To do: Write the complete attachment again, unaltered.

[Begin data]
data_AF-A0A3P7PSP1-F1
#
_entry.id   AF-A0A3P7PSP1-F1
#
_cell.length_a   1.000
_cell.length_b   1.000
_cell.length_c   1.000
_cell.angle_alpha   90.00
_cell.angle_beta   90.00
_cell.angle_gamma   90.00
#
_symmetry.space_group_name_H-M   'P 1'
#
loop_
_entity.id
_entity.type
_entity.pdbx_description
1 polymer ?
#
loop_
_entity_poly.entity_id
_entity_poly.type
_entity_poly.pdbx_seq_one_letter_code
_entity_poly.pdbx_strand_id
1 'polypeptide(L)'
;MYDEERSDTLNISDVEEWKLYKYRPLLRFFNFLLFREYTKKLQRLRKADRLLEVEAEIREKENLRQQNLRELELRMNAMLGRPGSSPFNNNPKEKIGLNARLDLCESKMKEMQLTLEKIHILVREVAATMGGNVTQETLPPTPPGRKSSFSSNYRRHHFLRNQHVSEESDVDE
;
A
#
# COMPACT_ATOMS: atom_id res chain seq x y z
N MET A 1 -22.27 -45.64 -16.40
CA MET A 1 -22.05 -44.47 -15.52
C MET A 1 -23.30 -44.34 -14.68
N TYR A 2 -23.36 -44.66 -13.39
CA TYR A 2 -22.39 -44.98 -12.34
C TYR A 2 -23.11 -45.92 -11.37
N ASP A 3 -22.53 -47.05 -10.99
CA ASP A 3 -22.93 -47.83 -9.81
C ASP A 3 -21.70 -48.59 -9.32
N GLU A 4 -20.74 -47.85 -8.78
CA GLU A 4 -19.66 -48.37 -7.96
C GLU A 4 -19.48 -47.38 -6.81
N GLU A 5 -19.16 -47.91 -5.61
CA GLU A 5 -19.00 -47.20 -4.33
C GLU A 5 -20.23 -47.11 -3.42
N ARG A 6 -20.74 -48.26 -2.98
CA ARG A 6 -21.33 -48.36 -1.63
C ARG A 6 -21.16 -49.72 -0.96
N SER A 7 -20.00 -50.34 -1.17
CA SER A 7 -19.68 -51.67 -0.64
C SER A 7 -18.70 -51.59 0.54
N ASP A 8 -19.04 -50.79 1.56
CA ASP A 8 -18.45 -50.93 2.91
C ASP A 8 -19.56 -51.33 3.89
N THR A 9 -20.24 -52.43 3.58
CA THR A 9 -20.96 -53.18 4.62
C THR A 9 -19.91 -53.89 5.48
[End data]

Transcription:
data_AF-A0A3P7PSP1-F1
#
_entry.id   AF-A0A3P7PSP1-F1
#
_cell.length_a   1.000
_cell.length_b   1.000
_cell.length_c   1.000
_cell.angle_alpha   90.00
_cell.angle_beta   90.00
_cell.angle_gamma   90.00
#
_symmetry.space_group_name_H-M   'P 1'
#
loop_
_entity.id
_entity.type
_entity.pdbx_description
1 polymer ?
#
loop_
_entity_poly.entity_id
_entity_poly.type
_entity_poly.pdbx_seq_one_letter_code
_entity_poly.pdbx_strand_id
1 'polypeptide(L)'
;MYDEERSDTLNISDVEEWKLYKYRPLLRFFNFLLFREYTKKLQRLRKADRLLEVEAEIREKENLRQQNLRELELRMNAMLGRPGSSPFNNNPKEKIGLNARLDLCESKMKEMQLTLEKIHILVREVAATMGGNVTQETLPPTPPGRKSSFSSNYRRHHFLRNQHVSEESDVDE
;
A
#
# COMPACT_ATOMS: atom_id res chain seq x y z
N MET A 1 -22.27 -45.64 -16.40
CA MET A 1 -22.05 -44.47 -15.52
C MET A 1 -23.30 -44.34 -14.68
N TYR A 2 -23.36 -44.66 -13.39
CA TYR A 2 -22.39 -44.98 -12.34
C TYR A 2 -23.11 -45.92 -11.37
N ASP A 3 -22.53 -47.05 -10.99
CA ASP A 3 -22.93 -47.83 -9.81
C ASP A 3 -21.70 -48.59 -9.32
N GLU A 4 -20.74 -47.85 -8.78
CA GLU A 4 -19.66 -48.37 -7.96
C GLU A 4 -19.48 -47.38 -6.81
N GLU A 5 -19.16 -47.91 -5.61
CA GLU A 5 -19.00 -47.20 -4.33
C GLU A 5 -20.23 -47.11 -3.42
N ARG A 6 -20.74 -48.26 -2.98
CA ARG A 6 -21.33 -48.36 -1.63
C ARG A 6 -21.16 -49.72 -0.96
N SER A 7 -20.00 -50.34 -1.17
CA SER A 7 -19.68 -51.67 -0.64
C SER A 7 -18.70 -51.59 0.54
N ASP A 8 -19.04 -50.79 1.56
CA ASP A 8 -18.45 -50.93 2.91
C ASP A 8 -19.56 -51.33 3.89
N THR A 9 -20.24 -52.43 3.58
CA THR A 9 -20.96 -53.18 4.62
C THR A 9 -19.91 -53.89 5.48